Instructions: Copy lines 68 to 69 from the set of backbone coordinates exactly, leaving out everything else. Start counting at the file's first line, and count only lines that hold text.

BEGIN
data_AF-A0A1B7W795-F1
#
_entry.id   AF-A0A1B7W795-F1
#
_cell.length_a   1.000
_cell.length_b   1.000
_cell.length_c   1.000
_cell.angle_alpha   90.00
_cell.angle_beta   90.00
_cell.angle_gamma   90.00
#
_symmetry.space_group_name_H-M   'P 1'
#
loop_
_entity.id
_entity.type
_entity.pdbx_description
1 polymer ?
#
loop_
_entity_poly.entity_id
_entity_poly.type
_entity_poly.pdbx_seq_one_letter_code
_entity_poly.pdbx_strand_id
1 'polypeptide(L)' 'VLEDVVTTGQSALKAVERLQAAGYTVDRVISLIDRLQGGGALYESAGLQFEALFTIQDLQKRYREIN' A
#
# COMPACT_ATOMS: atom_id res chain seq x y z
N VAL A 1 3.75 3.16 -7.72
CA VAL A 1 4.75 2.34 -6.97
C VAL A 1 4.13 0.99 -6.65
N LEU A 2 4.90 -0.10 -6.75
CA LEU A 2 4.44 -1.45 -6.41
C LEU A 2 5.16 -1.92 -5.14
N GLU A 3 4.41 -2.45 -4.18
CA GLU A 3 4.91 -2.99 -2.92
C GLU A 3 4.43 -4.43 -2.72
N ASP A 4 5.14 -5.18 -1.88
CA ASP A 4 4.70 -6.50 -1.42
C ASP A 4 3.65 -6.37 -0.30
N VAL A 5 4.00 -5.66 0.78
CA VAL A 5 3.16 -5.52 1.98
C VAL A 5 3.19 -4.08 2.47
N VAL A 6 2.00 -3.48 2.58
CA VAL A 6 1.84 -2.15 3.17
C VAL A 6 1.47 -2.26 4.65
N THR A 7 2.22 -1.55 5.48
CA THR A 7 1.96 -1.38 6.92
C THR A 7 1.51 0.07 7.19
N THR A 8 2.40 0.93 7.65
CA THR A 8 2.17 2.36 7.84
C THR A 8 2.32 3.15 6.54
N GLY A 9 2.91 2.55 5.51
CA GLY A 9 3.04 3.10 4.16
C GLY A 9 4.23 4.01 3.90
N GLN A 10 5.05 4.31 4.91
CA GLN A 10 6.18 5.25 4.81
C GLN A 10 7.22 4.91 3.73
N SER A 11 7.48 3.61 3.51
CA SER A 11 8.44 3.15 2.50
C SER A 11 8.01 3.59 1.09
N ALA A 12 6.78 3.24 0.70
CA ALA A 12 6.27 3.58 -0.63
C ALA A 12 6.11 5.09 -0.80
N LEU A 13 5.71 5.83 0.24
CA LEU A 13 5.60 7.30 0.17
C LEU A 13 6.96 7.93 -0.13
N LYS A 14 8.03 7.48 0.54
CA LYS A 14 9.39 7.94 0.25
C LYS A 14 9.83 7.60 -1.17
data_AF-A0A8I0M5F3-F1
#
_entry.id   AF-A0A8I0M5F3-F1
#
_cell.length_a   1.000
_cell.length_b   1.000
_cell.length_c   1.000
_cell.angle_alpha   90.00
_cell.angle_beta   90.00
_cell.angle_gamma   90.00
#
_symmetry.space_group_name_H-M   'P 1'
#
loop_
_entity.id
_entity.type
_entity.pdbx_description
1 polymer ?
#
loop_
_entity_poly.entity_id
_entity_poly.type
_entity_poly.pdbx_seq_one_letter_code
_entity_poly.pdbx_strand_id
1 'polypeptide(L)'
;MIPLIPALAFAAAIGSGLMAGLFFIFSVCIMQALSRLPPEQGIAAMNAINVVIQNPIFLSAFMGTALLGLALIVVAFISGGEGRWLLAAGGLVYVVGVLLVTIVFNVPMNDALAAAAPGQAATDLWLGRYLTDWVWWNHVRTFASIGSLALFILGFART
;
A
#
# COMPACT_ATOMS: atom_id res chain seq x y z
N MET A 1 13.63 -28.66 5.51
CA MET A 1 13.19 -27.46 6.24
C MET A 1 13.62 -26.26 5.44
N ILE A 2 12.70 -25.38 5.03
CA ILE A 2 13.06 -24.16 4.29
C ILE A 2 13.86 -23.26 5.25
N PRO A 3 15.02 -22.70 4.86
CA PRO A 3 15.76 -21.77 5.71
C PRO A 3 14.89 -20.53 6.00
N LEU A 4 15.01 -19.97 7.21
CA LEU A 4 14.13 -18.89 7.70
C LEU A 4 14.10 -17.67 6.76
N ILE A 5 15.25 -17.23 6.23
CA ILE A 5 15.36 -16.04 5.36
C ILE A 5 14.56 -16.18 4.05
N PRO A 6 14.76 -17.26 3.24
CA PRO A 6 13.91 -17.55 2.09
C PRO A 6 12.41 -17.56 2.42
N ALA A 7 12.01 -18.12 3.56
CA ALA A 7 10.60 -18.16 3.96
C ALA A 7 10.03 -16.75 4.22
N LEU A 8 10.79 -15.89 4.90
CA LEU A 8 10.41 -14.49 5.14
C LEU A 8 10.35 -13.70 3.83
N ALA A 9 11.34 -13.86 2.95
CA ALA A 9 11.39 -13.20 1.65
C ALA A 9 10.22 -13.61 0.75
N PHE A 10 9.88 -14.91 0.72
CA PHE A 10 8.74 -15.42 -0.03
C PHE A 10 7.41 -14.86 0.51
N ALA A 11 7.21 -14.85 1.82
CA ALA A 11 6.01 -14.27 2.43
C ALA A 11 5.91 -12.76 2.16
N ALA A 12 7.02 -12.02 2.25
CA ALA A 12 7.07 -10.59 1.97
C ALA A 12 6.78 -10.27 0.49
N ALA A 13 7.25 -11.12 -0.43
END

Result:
CA LYS A 14 9.39 7.94 0.25
C LYS A 14 9.83 7.60 -1.17